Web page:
Back in 1970, when the first New York City Marathon was run, it was something very different than we know today: four laps around Central Park, which was hardly the pastoral jewel that New Yorkers now know and love. It was marred by rampant vandalism, drugs were sold openly at Bethesda Fountain and graffiti defaced most of its buildings. The park’s dangers were so well known that any mention of a nighttime stroll there was a surefire laugh-line on the Johnny Carson show.
Yet the race directors, Fred Lebow and Vince Chiappetta, knew that Mayor John Lindsay was eager to restore the park to its former glory, so they put together the inaugural New York City Marathon that September. The humble race attracted just 127 starters (and only one woman, Nina Kuscsik) but nevertheless established an important theme — revival and resilience — that has run through all subsequent N.Y.C. Marathons.
So in 1976 when George Spitz, a civil servant and runner, proposed a marathon through all five boroughs, the time seemed almost right — if daunting. “A race like that could cost $15,000,” Mr. Lebow pointed out. “Where are we going to get that kind of money?” But Mr. Spitz won over Manhattan’s borough president, Percy Sutton, who persuaded Lewis and Jack Rudin, brothers from a prominent real estate family, to put up $25,000. That was the turning point.
In a meeting with Mayor Abe Beame, Mr. Spitz, Mr. Lebow and I pitched the marathon as a one-time attraction like the Bicentennial’s “tall ships” event. We told the mayor a five-borough race might help revive a nearly bankrupt, crime-ridden city. He agreed.
Mr. Lebow, a Romanian-born Holocaust survivor who had been churning out knockoffs in the garment district, now found his life’s calling. He asked the soft-spoken Ted Corbitt, an Olympic marathoner and first president of the New York Road Runners Club, to design the course with a finish in Central Park.
Like every Big Apple promoter, Mr. Lebow needed star power to gain media attention. Fortunately, I was able to get commitments from Frank Shorter and Bill Rodgers, America’s two top distance men. Mr. Shorter quipped that he was coming “to see if the police could close down New York City’s streets for a footrace.” We also managed to quietly give them each $3,000 — those were the “shamateurism” days, when such payments were commonplace but not spoken about.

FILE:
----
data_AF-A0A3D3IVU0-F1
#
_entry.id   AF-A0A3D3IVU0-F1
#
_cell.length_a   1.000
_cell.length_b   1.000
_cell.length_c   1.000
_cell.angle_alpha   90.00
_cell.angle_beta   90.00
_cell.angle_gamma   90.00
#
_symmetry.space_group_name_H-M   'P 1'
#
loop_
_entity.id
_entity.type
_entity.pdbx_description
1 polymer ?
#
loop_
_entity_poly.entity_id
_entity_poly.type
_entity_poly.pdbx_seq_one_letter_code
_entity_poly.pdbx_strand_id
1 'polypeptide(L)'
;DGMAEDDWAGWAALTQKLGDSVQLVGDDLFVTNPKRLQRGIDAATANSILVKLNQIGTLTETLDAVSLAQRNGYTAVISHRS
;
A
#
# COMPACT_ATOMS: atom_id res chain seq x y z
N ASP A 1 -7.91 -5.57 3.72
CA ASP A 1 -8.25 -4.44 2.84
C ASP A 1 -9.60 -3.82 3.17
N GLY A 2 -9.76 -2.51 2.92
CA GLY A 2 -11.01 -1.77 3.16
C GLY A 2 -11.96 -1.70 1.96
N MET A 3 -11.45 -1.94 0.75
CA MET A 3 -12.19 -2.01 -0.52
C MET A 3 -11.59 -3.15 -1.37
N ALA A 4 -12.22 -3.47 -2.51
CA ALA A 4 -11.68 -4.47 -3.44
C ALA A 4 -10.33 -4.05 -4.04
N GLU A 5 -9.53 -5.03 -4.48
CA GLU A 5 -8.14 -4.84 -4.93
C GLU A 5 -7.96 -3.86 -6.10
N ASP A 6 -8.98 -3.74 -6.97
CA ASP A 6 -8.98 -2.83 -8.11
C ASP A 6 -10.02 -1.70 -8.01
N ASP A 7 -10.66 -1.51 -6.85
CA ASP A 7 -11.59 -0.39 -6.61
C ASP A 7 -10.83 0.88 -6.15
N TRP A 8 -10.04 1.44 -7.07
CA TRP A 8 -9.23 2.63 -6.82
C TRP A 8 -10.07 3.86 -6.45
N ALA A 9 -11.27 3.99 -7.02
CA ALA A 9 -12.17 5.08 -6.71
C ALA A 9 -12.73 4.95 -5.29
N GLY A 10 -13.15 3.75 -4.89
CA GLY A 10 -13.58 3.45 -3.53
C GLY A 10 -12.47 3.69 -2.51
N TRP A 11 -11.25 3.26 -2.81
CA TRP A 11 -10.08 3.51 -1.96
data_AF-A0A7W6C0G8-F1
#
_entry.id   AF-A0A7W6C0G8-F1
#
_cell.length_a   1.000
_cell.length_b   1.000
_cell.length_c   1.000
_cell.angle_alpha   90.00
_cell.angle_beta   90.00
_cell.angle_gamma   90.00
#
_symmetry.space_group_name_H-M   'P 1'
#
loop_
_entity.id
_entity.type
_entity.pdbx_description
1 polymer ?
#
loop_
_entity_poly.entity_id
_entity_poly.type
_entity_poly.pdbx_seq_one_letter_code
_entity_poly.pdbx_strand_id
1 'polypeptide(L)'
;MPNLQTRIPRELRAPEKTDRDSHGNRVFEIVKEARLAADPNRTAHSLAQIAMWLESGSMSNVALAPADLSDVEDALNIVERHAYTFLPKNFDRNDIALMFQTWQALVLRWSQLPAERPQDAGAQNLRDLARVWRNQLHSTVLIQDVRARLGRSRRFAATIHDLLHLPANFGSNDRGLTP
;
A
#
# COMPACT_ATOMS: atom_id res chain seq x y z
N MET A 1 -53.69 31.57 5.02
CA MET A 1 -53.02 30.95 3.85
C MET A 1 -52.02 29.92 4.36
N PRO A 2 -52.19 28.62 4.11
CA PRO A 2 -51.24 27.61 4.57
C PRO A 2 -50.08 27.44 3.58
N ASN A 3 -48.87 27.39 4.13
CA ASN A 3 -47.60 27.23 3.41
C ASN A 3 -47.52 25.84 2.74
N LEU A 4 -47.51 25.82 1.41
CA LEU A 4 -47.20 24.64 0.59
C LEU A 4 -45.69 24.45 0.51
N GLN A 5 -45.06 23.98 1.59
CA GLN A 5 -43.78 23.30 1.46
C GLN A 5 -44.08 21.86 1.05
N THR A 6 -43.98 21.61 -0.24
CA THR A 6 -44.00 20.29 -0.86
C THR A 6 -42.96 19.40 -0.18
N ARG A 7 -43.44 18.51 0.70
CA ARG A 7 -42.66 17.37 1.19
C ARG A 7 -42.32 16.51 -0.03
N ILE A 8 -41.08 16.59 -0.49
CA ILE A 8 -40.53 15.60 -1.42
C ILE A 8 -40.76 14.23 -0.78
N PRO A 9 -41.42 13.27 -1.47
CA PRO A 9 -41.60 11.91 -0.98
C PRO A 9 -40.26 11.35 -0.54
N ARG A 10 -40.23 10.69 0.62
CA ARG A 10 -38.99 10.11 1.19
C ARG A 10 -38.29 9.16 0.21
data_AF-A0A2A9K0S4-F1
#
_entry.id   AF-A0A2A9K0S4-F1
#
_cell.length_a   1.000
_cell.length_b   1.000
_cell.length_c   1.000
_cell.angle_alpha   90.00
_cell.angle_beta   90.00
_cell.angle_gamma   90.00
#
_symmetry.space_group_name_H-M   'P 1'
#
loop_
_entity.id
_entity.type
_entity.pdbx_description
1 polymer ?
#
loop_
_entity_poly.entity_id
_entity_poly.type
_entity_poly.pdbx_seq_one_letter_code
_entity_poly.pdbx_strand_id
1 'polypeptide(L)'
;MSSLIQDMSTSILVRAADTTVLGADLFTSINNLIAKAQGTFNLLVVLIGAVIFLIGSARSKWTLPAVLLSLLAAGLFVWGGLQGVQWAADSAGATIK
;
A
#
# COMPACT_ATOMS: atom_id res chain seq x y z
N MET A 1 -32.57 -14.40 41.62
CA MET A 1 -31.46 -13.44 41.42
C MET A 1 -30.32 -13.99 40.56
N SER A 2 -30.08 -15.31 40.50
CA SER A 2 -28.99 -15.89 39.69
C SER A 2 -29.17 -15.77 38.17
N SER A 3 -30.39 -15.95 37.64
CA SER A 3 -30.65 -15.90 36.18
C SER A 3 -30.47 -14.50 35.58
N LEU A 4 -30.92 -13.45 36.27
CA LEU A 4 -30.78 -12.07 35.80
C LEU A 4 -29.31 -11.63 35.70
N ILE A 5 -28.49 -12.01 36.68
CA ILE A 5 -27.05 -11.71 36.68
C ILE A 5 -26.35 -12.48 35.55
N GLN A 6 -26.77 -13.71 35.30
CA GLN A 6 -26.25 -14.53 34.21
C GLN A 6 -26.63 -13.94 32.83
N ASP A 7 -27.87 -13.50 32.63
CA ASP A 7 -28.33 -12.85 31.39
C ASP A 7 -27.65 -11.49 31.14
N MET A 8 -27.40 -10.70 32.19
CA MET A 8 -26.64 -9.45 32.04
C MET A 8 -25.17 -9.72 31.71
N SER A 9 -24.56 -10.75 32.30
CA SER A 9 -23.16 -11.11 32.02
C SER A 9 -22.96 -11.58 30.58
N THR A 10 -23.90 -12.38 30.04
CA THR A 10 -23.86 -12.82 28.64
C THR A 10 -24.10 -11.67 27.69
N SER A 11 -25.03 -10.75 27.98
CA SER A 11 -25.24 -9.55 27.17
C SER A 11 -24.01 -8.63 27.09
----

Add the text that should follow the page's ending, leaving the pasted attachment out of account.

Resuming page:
Soon excitement began growing among other recreational runners and even non-runners. Kenneth Gibson, the mayor of Newark, entered the race, as did Jacques d’Amboise, the charismatic ballet star, who sent a postcard from Paris updating me on his training: “Ran 10 miles in the Bois de Boulogne after our performance tonight. It was beautiful.”
Mr. Shorter stayed at my house, and we watched the third Jimmy Carter-Gerald Ford presidential debate together several nights before the race. I couldn’t understand why he was shivering even though bundled up in a heavy parka. I was a regular long-distance runner, but I had never met anyone with only 2 percent body fat.
On marathon morning in 1976, we headed early to the start at the Verrazzano Bridge. In my journal, I described it as a Felliniesque spectacle: “Two thousand of us waited for the start, helicopters hovered overhead. With all the noise, I never heard the starter’s gun, but began running when everyone else did.”
After that no one — absolutely no one — questioned whether the citywide marathon should be run again. We all knew we had an instant hit on our hands. Through the years, most New Yorkers have come to regard marathon day as one of the best, most inclusive days in the life of the city.
Crowds line almost every foot of the course, celebrating and cheering the participants. Everyone seems to know someone who is running. And for some reason, the crime rate always dips on marathon Sunday.
But there have been challenges. In 2001, 54 days after the terrorist attacks of 9/11, the marathon took on outsize importance. New Yorkers cheered on in an act of resolution, defiance and resilience. With 2,800 police officers on duty and a no-fly zone overhead, the race was promoted under a newly adopted slogan, United We Run.
Chris Bilsky, a runner and a nurse at Memorial Sloan Kettering Cancer Center, explained the marathon’s significance that year to a New York Times reporter. In her training, Ms. Bilsky said, “Many times, I couldn’t stop crying when I ran, but I feel a duty to stand with 30,000 runners and be united.” She ran the race with the names of three friends written on her arms — all lost in the World Trade Center attacks.
But the marathon would not be canceled until 2012, as the city tottered from another heavy blow, the aftermath of Hurricane Sandy. Mayor Michael R. Bloomberg and race organizers had hoped the marathon could rally the city’s spirits. But with scores dead, neighborhoods still under water and 40,000 people homeless, many viewed the event as too much, too soon. On the Friday evening before the marathon, the race was called off.
A year later — and seven months after the Boston Marathon bombings of April 2013 — the marathon returned to New York. While some areas were still recovering from Sandy, and a huge security effort was necessary after Boston, the city was desperate for a celebration.
It got one. Despite the cold, spectators witnessed the largest marathon field ever assembled. More than 50,000 runners finished the race.
Now again, we face another renewal. A mass road race at the height of the pandemic last year was never considered. Recently I talked with Ms. Bilsky, the nurse who honored those fallen first responders 20 years ago. Now 58, she won’t be running this year, owing to an ankle injury, but she will join the celebration. “Covid took our city away from us,” she said. “If there’s anything that can bring it back together, it’s the marathon.”